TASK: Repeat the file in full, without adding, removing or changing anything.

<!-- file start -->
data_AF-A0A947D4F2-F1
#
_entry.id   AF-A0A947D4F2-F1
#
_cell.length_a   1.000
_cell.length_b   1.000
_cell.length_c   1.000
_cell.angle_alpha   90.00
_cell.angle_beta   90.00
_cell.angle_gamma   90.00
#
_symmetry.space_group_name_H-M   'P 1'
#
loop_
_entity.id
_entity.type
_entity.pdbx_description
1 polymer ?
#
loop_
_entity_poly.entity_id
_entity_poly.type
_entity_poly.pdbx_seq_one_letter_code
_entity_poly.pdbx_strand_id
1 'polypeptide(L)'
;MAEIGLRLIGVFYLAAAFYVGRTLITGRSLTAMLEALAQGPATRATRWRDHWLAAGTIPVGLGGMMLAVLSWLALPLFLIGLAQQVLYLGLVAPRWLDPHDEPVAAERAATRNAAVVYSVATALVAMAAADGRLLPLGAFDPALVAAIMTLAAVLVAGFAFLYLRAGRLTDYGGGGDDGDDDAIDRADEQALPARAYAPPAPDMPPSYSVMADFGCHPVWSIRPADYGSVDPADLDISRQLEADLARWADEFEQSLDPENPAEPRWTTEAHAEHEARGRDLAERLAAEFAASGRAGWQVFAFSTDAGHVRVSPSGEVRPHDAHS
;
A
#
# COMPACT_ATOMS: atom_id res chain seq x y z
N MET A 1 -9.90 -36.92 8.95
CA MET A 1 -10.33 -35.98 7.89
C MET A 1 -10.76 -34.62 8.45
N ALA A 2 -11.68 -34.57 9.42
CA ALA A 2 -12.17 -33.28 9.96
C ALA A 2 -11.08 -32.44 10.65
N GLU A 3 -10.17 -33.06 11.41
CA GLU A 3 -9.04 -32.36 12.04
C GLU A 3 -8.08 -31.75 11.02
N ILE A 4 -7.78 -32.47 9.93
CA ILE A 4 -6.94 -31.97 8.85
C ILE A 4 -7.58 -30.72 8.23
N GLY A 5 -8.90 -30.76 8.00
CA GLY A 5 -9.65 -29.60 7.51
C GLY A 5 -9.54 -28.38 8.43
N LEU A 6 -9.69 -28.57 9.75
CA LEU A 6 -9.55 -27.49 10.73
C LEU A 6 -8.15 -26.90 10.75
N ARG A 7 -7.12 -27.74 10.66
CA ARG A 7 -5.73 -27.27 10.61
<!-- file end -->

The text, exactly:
data_AF-A0A947D4F2-F1
#
_entry.id   AF-A0A947D4F2-F1
#
_cell.length_a   1.000
_cell.length_b   1.000
_cell.length_c   1.000
_cell.angle_alpha   90.00
_cell.angle_beta   90.00
_cell.angle_gamma   90.00
#
_symmetry.space_group_name_H-M   'P 1'
#
loop_
_entity.id
_entity.type
_entity.pdbx_description
1 polymer ?
#
loop_
_entity_poly.entity_id
_entity_poly.type
_entity_poly.pdbx_seq_one_letter_code
_entity_poly.pdbx_strand_id
1 'polypeptide(L)'
;MAEIGLRLIGVFYLAAAFYVGRTLITGRSLTAMLEALAQGPATRATRWRDHWLAAGTIPVGLGGMMLAVLSWLALPLFLIGLAQQVLYLGLVAPRWLDPHDEPVAAERAATRNAAVVYSVATALVAMAAADGRLLPLGAFDPALVAAIMTLAAVLVAGFAFLYLRAGRLTDYGGGGDDGDDDAIDRADEQALPARAYAPPAPDMPPSYSVMADFGCHPVWSIRPADYGSVDPADLDISRQLEADLARWADEFEQSLDPENPAEPRWTTEAHAEHEARGRDLAERLAAEFAASGRAGWQVFAFSTDAGHVRVSPSGEVRPHDAHS
;
A
#
# COMPACT_ATOMS: atom_id res chain seq x y z
N MET A 1 -9.90 -36.92 8.95
CA MET A 1 -10.33 -35.98 7.89
C MET A 1 -10.76 -34.62 8.45
N ALA A 2 -11.68 -34.57 9.42
CA ALA A 2 -12.17 -33.28 9.96
C ALA A 2 -11.08 -32.44 10.65
N GLU A 3 -10.17 -33.06 11.41
CA GLU A 3 -9.04 -32.36 12.04
C GLU A 3 -8.08 -31.75 11.02
N ILE A 4 -7.78 -32.47 9.93
CA ILE A 4 -6.94 -31.97 8.85
C ILE A 4 -7.58 -30.72 8.23
N GLY A 5 -8.90 -30.76 8.00
CA GLY A 5 -9.65 -29.60 7.51
C GLY A 5 -9.54 -28.38 8.43
N LEU A 6 -9.69 -28.57 9.75
CA LEU A 6 -9.55 -27.49 10.73
C LEU A 6 -8.15 -26.90 10.75
N ARG A 7 -7.12 -27.74 10.66
CA ARG A 7 -5.73 -27.27 10.61